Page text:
We’ve already presented some of the stunning early entries to the 2018 National Geographic Travel Photographer of the Year Contest in the Nature category and now, here are incredible portraits and action shots of people from around the world that have been submitted in the People category.
As mentioned earlier, the grand-prize winner will be awarded $10,000 (Rs 6.67 lakh), will have their photo posted on the @NatGeoTravel Instagram account, as well as the bragging rights.
Take a look and be amazed!
(Please click on the image for full-page resolution)
Local festivals are the best time to understand the vibrant tribal culture. The Ghotpal Mandai in the Dantewada region of India is dedicated to the local deity. The local deities of all the neighbouring villages gather for the Ghotpal mela. The main attractions are the colourful display of culture through the Bison-Horn Madiya dance. Movements to the rhythm of tribal instruments evoke the soul of wanderlust.
Photograph: Willy Sanson/National Geographic Travel Photographer of the Year Contest
My imagination ran wild, I was smelling the gunpowder, hearing the gun shots, neighing of the horses and the screams of the wounded, picturing what is it like to be under siege, protecting your freedom and ideals against foreign invasion. But human mind is incredible, a sudden breeze of wind took me straight to a different time, a completely different movie set, a hundred or so years later, well famed for a single, white dress.
Photograph: TihomirTrichkov/National Geographic Travel Photographer of the Year Contest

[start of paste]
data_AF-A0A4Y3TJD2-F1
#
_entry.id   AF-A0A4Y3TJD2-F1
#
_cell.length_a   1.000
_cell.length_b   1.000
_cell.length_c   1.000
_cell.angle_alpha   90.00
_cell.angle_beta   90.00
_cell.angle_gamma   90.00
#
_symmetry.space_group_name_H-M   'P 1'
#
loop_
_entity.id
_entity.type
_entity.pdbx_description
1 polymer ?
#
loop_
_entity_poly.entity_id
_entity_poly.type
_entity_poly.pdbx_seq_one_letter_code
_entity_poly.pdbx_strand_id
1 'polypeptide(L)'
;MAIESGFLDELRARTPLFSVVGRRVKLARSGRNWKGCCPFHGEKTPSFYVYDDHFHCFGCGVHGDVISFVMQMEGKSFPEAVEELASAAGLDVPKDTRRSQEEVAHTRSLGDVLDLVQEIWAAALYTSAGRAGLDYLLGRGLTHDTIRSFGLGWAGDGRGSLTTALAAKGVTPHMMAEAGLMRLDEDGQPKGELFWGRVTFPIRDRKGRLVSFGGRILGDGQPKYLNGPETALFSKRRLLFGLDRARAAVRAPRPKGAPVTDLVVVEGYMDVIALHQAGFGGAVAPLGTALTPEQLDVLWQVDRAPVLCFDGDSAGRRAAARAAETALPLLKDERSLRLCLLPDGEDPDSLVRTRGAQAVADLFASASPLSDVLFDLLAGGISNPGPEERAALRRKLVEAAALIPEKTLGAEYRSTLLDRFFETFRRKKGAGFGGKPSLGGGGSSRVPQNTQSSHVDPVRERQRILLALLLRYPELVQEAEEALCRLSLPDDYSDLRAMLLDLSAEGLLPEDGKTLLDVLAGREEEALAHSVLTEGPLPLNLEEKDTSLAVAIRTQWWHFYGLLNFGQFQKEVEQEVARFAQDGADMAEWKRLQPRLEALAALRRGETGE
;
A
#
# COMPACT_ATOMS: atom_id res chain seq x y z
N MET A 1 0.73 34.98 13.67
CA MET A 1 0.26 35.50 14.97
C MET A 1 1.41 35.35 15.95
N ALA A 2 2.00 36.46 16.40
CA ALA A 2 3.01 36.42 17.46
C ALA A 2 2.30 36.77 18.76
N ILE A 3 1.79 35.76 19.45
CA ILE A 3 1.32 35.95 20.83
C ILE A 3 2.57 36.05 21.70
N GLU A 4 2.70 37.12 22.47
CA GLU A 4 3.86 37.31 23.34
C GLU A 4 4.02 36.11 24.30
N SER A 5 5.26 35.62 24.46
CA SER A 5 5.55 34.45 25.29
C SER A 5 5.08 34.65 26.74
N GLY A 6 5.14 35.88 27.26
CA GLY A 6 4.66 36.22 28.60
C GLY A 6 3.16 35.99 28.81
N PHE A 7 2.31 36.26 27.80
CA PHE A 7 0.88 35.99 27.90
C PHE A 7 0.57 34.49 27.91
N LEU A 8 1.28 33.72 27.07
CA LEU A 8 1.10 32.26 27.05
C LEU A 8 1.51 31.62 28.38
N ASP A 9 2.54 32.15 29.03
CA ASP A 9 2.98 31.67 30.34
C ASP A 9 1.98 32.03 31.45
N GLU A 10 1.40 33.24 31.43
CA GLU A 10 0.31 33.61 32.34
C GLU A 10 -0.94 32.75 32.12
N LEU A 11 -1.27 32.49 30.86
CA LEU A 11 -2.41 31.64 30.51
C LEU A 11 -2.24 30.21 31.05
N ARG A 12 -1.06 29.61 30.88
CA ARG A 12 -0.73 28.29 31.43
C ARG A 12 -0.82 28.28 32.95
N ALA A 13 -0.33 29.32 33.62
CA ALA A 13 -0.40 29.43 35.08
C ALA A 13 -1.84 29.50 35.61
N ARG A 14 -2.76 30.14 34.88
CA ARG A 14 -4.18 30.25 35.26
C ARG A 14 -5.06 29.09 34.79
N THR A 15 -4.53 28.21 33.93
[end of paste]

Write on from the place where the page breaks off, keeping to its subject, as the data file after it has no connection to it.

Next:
Photograph: Daniel Cheung/National Geographic Travel Photographer of the Year Contest
A woman at work in a street outside Dacca, in Bangladesh. These piece of leathers will become wallets, belts or part of shoes and sell in all the world.
Photograph: Erberto Zani/National Geographic Travel Photographer of the Year Contest
Shri Nath Mhaskoba temple is located in the 'Veer' village near Saswad town of Pune, Maharashtra, India. This temple is dedicated to lord Mhaskoba. Veer Mhaskoba is Kaal bhairava an Avatar of the Hindu deity Shiva. People from this village gather together at temple to celebrate God's marriage ceremony every year. They celebrate this festival with dancing, chanting, throwing red colour etc.
Photograph: Mahesh Lonkar/National Geographic Travel Photographer of the Year Contest
Failed to get place inside the train, people climbed on the roof and outside of the train during “Eid-ul Adha”, one of the biggest Muslim religious festival, all wide Bangladesh mainly targeting to go home.
Photograph: Yousuf Tushar/National Geographic Travel Photographer of the Year Contest
Andrey Karr from Western Riders Slacklines at sunset above big waves in Nazare, Portugal.
Photograph: Aidan Williams/National Geographic Travel Photographer of the Year Contest
Tibetan Monks during the weekly pray in Tashi LhunPo Monastery in Tibet. The Tashi LhunPo Monastery was founded in 1447 by the 1st Dalai Lama, is a historic important and of the most influent monastery in Shigatse, the second-largest city in Tibet.
Photograph: Mattia Passarini/National Geographic Travel Photographer of the Year Contest
Char Kaliganj in Dhaka, slum and home to one of the largest shipyards of Asia. A city made by giant skeletons of old ships which employ around 15,000 souls that work to both break down massive shipping vessels as well as create new ships from the parts. The age of labourers ranges from 8 to 80 and they all work together. The work is hard, crude, dirty and dangerous but it gives thousands of them employment and wages to feed their families.
Photograph: Mauro De Bettio/National Geographic Travel Photographer of the Year Contest
Lath mar Holi is a local celebration of the Hindu festival of Holi. It takes place days before the actual Holi in the neighbouring towns of Barsana and Nandgaon near Mathura in the state of Uttar Pradesh, where thousands of Hindus and tourists congregate, each year.
Photograph: Sampa Guha Majumdar/National Geographic Travel Photographer of the Year Contest